Today’s supply chains are no longer simple Point A to Point B networks. They’re a digital, on-demand, and always-on ecosystem of complex, interconnected relationships. Every link relies on a coordinated, non-stop exchange of data in order to meet customer expectations for flexibility, visibility, and transparency —regardless of available workforce. Addressing these challenges requires next generation (NextGen) technologies like robotics and automation, predictive analytics, the Internet of Things (IoT), wearable and mobile devices, as well as driverless vehicles and drones.
For five years, MHI has annually monitored the effects of NewGen tech on supply chains. Our surveys asked 1,100 business leaders how their supply chain operations, security, and workforce are affected by these technologies. Findings are released in the MHI Annual Industry Report. (You can download “Overcoming Barriers to NextGen Supply Chain Innovation” at MHI.org.)
Two technologies — Blockchain and Artificial Intelligence (AI) — will significantly impact supply chains.
- Blockchain (distributed ledger technology) is a continuously expanding list of records linked across a decentralized network and secured via cryptography. Within the next five years, 54% of respondents anticipate adopting it (yet 88% of them have little to no understanding of it).
- AI (machines that learn problem-solving and perform tasks that typically require human intelligence) will do decision-making, speech recognition, visual perception, and language translation. It's anticipated by 53% of respondents to effect competitive advantage or industry disruption.
These two technologies alone will directly address what supply chain leaders say are their top two operational challenges: Increasing customer demands on supply chains (73%) and hiring qualified workers (64%).
Blockchain’s encryption and consensus mechanisms make the data trustworthy and safe, as each trading partner is assigned a unique access key. It also lets trading partners track and trace products with pinpoint accuracy. Product recalls can be addressed quickly and discreetly — minimizing brand damage, costs, and customer inconvenience. This would alleviate some supply chain partners' fears of cyberattacks due to customers' growing demand for transparency.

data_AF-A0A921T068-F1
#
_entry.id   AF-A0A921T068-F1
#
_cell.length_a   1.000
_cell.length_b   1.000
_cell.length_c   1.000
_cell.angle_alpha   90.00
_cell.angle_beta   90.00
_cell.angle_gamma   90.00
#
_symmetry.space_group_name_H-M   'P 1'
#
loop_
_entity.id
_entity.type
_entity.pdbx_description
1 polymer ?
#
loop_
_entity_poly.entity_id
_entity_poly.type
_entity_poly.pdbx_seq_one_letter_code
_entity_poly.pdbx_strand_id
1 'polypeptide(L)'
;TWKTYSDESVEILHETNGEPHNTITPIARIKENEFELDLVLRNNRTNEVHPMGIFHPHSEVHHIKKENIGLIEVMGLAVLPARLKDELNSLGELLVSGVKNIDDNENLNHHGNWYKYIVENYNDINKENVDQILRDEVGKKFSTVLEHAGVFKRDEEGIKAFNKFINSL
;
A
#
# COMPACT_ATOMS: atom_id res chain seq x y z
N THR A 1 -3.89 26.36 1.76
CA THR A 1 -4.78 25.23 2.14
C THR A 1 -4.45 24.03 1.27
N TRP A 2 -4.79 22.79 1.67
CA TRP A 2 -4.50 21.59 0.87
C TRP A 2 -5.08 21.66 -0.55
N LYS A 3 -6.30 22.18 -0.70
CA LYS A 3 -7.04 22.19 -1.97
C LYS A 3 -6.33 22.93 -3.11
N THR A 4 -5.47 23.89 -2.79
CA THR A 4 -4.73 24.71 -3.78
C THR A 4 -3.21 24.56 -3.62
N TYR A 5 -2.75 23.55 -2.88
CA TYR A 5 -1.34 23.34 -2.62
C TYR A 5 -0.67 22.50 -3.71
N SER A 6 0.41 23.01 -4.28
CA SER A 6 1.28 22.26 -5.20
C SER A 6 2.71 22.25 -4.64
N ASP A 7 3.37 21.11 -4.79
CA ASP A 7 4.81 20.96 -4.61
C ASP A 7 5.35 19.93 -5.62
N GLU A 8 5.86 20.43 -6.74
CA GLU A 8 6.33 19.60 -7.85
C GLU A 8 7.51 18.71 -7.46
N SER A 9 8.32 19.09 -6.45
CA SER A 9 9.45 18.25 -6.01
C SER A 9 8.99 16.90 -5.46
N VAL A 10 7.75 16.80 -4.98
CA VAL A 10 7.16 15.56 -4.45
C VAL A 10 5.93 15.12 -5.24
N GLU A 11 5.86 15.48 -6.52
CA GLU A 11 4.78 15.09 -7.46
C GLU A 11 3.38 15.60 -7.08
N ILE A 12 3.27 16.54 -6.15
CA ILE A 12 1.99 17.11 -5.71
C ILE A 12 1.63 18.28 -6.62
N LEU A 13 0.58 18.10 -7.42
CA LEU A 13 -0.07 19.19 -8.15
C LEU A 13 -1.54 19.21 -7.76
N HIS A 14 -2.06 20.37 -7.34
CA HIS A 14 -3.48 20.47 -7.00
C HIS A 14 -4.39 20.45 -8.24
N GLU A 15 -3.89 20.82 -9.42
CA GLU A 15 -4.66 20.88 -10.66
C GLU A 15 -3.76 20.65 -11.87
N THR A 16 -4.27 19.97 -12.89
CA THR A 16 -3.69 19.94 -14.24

Survey respondents also say the top skills needed are strategic problem solving (49%) and analytics/modeling/visualization (43%). Front line warehouse workers are also scarce. Thus, companies expect more automation. Seventy-three percent say in the next five years they will adopt robotics and automation, while 47% will embrace AI to handle a wide variety of continuously changing products. Administratively, AI helps automate verification, analysis, simulation, and forecasting processes, reducing the need for people with those skillsets.
In the coming years, MHI will continue to monitor and showcase advances in robotics, sensors, augmented reality wearables, automated storage and retrieval systems, self-guided and autonomous vehicles, driverless trucks, drones, Industrial Internet of Things (IIoT), and predictive analytics. Our association remains committed to promoting those innovators and purveyors of technologies that make the global supply chain more efficient and productive.
George Prest is CEO, MHI.
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